Sunday, April 11, 2010

Prom Night

Last night was Prom Night at my school. Normally, it's something I tend to steer clear of. It's a long, exhausting night that offers a teacher none of the fun of actually going to Prom. You can't get out there and dance (not without looking like a total fool), you don't get to go through all the fun of dressing up and riding in the limo, and, in my case, you know the night's not going to end up in a hotel room. The only real perk of chaperoning prom is you get to eat the meal.

So why did I agree to do it this year? Well, simple -- the class sponsors who organize prom were savvy enough to send Drama and Speech kids to ask me, knowing I couldn't say no to "my kids." Initially, the deal was much simpler. I was asked if I would serve as the announcer for Promenade. For those of you who attended larger schools, Promenade is a charming, small school type of event that involves each couple walking through the gym in front of their friends and family so everyone can see their pretty dresses and take pictures. The couples are announced one at a time and walk along a manufactured runway while cameras snap away. The gym is decorated with lights and balloons so that Mom and Dad get pictures of their kids in front of pretty decorations rather than just the plain old gym. My job as announcer was merely to announce each couple as they entered the gym. I managed to keep most of my ad libbing tendencies at bay, although I did try to give each couple a fun introduction, even if it was something like, "Ladies and gentlemen, let's welcome John Smith and Susan Johnson!" Coming up with 100 different introductions (and yes, there ended up being about 100 different couples) proved a bit challenging, so there were some repeats and some kids got a simple, "And now . . . ."

I had never been to Promenade before and frankly, always thought the whole thing seemed a little corny. I mean, who wants to sit in a gym and watch a bunch of kids in formal wear stomp around the gym floor. It actually ended up being kind of cool. The Project Runway fan in me had fun seeing the different dresses and noticing how some girls picked exactly the dress you'd imagine -- the sweet, perky girl in the fluffy pink cupcake of a dress, the skank in the sort of dress you'd imagine a higher class call girl might wear-- and then there were the girls who were the total shockers -- the total tomboy who suddenly was a vision in yellow taffeta, the shy girl who looks like a modern day Audrey Hepburn. For some of these kids, they may never again get the opportunity to look and feel like a million bucks, and there's something kind of moving about getting to see them get that moment in the spotlight and sharing it with their families and friends. I kind of hope I get asked to announce Promenade again because it was a really special moment to share in.

So that was what I was originally roped into doing. And then, a couple weeks after they sent Emilie to see if I would announce Promenade, the sneaky class sponsors sent another Drama/Speech kid, Hannah, to see if I would be willing to chaperone the dance -- since I was going to be there anyway. (I should point out that Promenade was held at the school, but the dance itself was being held in Macomb, another 30 or so miles away, a good 45 minutes or so from my house.) Hannah told me how they were having a hard time finding "cool" chaperones and then told me who they had lined up -- fellow "cool" teachers who would be fun to hang out with for the evening. Looking at Hannah's pleading face, how could I say no? So suddenly I went from giving up an hour or two of my Saturday to giving up my entire Saturday evening. A week or so later, I overheard the sponsors mentioning that they needed someone to drive the shuttle van from the school to Prom and I was suddenly doing that, too. (I'm no dummy -- saved myself some gas!) The shuttle bus is a nice idea, letting kids whose parents are reluctant to let them drive the 30 or so miles to Prom have a safe ride. Granted, I only had 4 kids in the shuttle, but they needed that ride, so I was glad to help them out.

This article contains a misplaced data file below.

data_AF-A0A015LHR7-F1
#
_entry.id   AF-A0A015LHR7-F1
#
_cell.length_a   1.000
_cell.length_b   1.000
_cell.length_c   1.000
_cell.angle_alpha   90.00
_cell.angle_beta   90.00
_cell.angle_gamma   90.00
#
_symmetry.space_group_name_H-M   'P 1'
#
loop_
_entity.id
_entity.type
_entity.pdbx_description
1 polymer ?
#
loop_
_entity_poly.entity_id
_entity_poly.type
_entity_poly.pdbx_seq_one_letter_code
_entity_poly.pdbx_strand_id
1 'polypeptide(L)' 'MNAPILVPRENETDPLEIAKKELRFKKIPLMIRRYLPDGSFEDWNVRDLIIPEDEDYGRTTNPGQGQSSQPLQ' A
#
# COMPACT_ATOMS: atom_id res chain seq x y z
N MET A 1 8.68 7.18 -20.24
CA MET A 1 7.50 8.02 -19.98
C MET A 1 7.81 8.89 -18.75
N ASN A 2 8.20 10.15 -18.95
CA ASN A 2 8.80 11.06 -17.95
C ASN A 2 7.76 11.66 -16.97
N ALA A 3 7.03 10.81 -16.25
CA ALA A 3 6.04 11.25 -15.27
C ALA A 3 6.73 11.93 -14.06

Prom itself was....interesting. Yes, the meal was tasty. It was fun sitting with some of my teacher pals. I had a couple kids run up and want their picture taken with me. (Thank God it dawned on me that I should probably dress up and put on some makeup) Once the actual dancing started, I was suddenly SO over the Prom experience. First of all, the music was pretty bad. More than once, another teacher had to go and lecture the dj on school appropriate music -- music that doesn't include a "singer" throwing a "motherfucker" in every two words or demanding people to suck dicks. Yeah. Classy. Of course, music like that leads to movement that can't quite be called dancing. The dance floor became this mass of kids just grinding against each other. How those boys didn't all walk off the dance floor with boners escapes me. Mercifully, I was asked if I would sit out in the lobby for awhile to monitor kids leaving. (The policy is once you leave, you can't come back, and if you need to just go to your car, an adult has to accompany you. Makes it a lot harder to go for a quick shot or joint if there's someone with you.) It was significantly cooler out there, the couch there was comfy, and the horrific music was much less loud and harder to hear. A couple kids came out to visit, and that was nice. It felt like the time flew by out in the lobby and suddenly, Prom was over and I was back in the shuttle with kids and heading back home.

All in all, I'd have to say that I would probably have to think twice before agreeing to chaperone the actual dance again if only because my ears like good music and my eyes prefer not to watch my students simulate sex on a dance floor. But, hey, it was an experience!

1 comment:

NICKI said...

Good to know I'm not missing anything by not listening to the Top 40...